Without question, Connecticut needs more teachers who see themselves in their students (and vice versa), who have roots in the communities where they teach, and who are well positioned to instruct in ways that are academically challenging and culturally, linguistically, and community responsive. The pipeline into the profession for teachers of color is too often obstructed and unwelcoming, and change is imperative. … But the Relay Graduate School of Education is no panacea for our pipeline problems, and instead represents the tip of an approaching iceberg that threatens the education of the state’s most under-served students and sells short the very teachers to whom we owe the best preparation, support, working conditions, and compensation available.

Hillary’s choice for Education Secretary could be ‘anti-public’

A recent survey of educators across the nation reveals that, when elected, Hillary Clinton may follow in the footsteps of President Obama concerning her choice of Secretary of Education in the Department of Education in Washington, D.C. Obama’s choices of Arne Duncan followed by John King were the most anti-public education appointments in the history of the Democratic party. Now it appears, based on the recent survey, that Clinton may continue the anti-public education tradition during her administration with yet another education secretary who will espouse the downward spiral of public education that has occurred for the past eight years.

State board of ed must scrutinize charters more independently

The Connecticut State Board of Education will meet on tomorrow morning, Sept. 7, to kick off the new school year. One of the issues held over from the previous board meeting is contract approvals of two charter (school) management organizations [CMOs]. Given two months to review the evidence presented by state Department of Education officials tasked with recommending approval, the CSBE must determine whether there is sufficient evidence to ensure honesty and transparency in this use of public resources. However, with mounting evidence of questionable practices, corruption, and theft involving many charter schools and their charter management organizations across the country, it is the responsibility of state education officials charged with protecting students, parents, teachers, and taxpayers to ensure that similar questionable (and often illegal) practices are not taking place in our state.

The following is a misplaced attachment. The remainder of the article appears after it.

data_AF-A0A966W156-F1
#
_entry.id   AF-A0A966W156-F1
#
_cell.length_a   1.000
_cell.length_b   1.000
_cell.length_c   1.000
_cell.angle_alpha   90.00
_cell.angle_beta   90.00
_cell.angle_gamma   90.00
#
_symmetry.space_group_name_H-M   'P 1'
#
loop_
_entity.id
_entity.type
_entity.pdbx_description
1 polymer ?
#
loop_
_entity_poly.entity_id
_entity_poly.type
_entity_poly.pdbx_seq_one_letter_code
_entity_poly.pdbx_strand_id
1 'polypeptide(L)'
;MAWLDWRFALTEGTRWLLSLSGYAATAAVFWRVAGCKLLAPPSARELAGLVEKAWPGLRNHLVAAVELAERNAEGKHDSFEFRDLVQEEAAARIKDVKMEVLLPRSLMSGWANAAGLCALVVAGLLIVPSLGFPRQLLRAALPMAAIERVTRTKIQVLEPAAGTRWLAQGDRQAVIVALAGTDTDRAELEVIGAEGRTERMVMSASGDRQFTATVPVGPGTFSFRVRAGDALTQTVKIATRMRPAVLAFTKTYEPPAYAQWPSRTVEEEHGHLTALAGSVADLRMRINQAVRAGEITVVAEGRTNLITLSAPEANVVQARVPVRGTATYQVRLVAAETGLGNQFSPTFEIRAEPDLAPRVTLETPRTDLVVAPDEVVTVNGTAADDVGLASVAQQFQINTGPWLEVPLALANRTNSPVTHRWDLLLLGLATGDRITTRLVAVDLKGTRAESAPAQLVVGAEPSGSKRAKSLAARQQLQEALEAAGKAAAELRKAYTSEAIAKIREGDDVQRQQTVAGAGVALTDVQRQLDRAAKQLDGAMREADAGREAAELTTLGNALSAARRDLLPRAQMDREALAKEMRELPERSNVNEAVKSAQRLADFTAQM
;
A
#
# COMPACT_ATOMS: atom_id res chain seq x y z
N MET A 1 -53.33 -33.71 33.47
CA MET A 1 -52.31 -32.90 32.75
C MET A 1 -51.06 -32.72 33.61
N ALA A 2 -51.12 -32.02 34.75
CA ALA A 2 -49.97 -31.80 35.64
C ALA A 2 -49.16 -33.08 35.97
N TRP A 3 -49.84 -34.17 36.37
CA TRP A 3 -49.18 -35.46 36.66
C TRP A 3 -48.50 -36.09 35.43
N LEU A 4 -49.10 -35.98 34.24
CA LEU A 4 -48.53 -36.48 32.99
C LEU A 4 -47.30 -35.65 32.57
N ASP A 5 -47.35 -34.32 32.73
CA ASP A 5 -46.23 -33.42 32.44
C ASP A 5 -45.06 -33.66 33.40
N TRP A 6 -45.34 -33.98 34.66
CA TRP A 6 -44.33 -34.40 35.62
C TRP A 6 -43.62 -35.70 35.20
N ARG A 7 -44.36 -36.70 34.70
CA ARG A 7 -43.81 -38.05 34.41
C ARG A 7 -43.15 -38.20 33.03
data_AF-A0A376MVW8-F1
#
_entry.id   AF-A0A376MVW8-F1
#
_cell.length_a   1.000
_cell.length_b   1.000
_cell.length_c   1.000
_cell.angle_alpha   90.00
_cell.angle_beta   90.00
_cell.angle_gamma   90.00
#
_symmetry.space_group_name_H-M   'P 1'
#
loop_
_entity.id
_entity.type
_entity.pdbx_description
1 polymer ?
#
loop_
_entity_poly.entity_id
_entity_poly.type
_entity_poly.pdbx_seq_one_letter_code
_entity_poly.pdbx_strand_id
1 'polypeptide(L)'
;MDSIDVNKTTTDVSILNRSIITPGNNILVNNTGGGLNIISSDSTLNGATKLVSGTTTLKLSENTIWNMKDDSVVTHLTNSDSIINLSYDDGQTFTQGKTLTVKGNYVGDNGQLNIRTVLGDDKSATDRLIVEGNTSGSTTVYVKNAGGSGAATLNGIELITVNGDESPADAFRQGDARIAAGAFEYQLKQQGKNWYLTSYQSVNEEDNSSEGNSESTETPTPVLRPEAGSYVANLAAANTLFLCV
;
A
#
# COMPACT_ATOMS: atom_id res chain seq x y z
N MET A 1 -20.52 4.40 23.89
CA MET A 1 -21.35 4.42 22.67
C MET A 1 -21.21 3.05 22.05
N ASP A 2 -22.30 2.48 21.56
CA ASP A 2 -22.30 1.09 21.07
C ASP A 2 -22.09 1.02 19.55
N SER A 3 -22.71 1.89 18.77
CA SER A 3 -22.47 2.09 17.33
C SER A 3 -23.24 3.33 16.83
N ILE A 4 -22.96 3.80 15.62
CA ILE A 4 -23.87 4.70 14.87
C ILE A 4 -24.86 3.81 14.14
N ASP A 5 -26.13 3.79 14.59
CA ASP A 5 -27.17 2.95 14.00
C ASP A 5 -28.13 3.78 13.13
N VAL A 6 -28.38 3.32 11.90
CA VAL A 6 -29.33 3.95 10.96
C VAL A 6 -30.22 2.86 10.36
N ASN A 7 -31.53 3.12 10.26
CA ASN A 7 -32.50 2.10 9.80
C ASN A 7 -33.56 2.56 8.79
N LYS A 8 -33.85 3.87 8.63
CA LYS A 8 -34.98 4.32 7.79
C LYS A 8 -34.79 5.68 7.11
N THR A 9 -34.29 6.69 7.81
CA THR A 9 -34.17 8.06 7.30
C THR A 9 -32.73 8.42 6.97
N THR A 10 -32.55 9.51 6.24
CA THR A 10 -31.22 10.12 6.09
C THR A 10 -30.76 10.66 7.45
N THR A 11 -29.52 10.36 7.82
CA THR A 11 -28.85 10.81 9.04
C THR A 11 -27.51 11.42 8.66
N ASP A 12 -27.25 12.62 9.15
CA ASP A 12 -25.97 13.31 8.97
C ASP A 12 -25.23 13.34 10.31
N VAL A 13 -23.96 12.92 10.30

On their 20th anniversary, Connecticut’s charter schools deserve support

Twenty years ago this weekend, Gov. John Rowland signed a bill into law and by doing so changed the trajectory of the lives of thousands of Connecticut children. The bill he signed established public charter schools in the Constitution State and was a monumental step forward that has transformed the lives of tens of thousands of children, and it will continue to do so in the coming decades.

Charter schools need more support from Connecticut.

Charter schools like the ones my children attend have answered many parents’ prayers, encouraging personal and academic growth and providing an appealing alternative to failing district schools. However, despite these schools’ high performance, they receive $4,000 less per student per year in state aid than Connecticut’s low-performing district schools. This funding gap has had a real impact on charter schools in Bridgeport and throughout the state.